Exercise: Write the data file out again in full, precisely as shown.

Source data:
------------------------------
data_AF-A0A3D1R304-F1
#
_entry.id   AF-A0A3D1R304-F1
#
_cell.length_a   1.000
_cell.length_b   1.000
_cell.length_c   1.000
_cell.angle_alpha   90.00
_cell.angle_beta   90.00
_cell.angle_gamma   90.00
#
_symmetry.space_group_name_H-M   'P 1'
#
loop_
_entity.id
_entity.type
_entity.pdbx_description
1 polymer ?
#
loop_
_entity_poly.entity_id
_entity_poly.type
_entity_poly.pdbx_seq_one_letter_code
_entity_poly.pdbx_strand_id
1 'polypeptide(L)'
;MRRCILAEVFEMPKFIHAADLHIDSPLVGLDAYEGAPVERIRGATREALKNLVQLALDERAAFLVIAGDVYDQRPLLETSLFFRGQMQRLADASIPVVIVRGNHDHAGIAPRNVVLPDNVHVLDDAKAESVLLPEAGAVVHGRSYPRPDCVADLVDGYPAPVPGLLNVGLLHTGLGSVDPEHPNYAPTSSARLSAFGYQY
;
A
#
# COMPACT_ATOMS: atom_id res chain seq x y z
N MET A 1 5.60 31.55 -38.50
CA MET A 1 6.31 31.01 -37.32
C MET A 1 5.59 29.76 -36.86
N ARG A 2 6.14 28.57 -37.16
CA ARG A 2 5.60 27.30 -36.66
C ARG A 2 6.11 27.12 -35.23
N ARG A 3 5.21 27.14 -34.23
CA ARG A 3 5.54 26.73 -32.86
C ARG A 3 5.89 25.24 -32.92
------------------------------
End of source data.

data_AF-A0A3D1R304-F1
#
_entry.id   AF-A0A3D1R304-F1
#
_cell.length_a   1.000
_cell.length_b   1.000
_cell.length_c   1.000
_cell.angle_alpha   90.00
_cell.angle_beta   90.00
_cell.angle_gamma   90.00
#
_symmetry.space_group_name_H-M   'P 1'
#
loop_
_entity.id
_entity.type
_entity.pdbx_description
1 polymer ?
#
loop_
_entity_poly.entity_id
_entity_poly.type
_entity_poly.pdbx_seq_one_letter_code
_entity_poly.pdbx_strand_id
1 'polypeptide(L)'
;MRRCILAEVFEMPKFIHAADLHIDSPLVGLDAYEGAPVERIRGATREALKNLVQLALDERAAFLVIAGDVYDQRPLLETSLFFRGQMQRLADASIPVVIVRGNHDHAGIAPRNVVLPDNVHVLDDAKAESVLLPEAGAVVHGRSYPRPDCVADLVDGYPAPVPGLLNVGLLHTGLGSVDPEHPNYAPTSSARLSAFGYQY
;
A
#
# COMPACT_ATOMS: atom_id res chain seq x y z
N MET A 1 5.60 31.55 -38.50
CA MET A 1 6.31 31.01 -37.32
C MET A 1 5.59 29.76 -36.86
N ARG A 2 6.14 28.57 -37.16
CA ARG A 2 5.60 27.30 -36.66
C ARG A 2 6.11 27.12 -35.23
N ARG A 3 5.21 27.14 -34.23
CA ARG A 3 5.54 26.73 -32.86
C ARG A 3 5.89 25.24 -32.92